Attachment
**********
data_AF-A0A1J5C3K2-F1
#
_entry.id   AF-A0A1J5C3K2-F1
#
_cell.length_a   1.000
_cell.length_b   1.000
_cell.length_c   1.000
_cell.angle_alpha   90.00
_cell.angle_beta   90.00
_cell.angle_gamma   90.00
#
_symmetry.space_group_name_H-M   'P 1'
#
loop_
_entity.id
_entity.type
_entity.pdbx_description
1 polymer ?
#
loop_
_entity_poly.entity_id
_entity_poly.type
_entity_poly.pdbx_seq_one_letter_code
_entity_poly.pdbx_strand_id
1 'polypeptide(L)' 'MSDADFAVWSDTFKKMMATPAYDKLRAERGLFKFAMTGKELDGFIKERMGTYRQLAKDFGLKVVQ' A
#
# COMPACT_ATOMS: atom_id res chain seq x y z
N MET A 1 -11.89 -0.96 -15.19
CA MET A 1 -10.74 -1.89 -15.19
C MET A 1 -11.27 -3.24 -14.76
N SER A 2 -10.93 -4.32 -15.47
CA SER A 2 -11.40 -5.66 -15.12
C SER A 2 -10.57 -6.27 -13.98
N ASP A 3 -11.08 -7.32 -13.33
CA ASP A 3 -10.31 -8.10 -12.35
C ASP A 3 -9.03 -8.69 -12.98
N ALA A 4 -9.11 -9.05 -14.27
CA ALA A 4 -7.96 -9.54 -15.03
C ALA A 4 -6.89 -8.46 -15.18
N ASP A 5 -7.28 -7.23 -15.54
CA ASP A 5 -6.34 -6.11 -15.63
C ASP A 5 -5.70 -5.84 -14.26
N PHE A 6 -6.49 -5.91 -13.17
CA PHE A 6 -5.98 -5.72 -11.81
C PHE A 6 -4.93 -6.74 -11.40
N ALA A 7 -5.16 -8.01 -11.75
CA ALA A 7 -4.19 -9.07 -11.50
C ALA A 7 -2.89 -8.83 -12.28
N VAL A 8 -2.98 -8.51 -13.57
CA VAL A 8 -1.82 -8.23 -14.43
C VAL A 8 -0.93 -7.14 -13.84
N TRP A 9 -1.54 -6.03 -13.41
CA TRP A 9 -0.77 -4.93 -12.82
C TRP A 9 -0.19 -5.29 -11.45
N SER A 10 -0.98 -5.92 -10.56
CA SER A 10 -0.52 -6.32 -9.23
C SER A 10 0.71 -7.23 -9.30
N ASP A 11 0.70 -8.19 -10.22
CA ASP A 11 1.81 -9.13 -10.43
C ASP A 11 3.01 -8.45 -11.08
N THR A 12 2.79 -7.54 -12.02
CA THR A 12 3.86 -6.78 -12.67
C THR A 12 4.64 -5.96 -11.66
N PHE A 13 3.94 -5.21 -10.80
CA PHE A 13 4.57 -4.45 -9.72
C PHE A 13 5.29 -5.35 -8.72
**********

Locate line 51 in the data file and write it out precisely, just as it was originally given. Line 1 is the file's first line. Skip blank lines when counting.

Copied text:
C VAL A 8 -0.93 -7.14 -13.84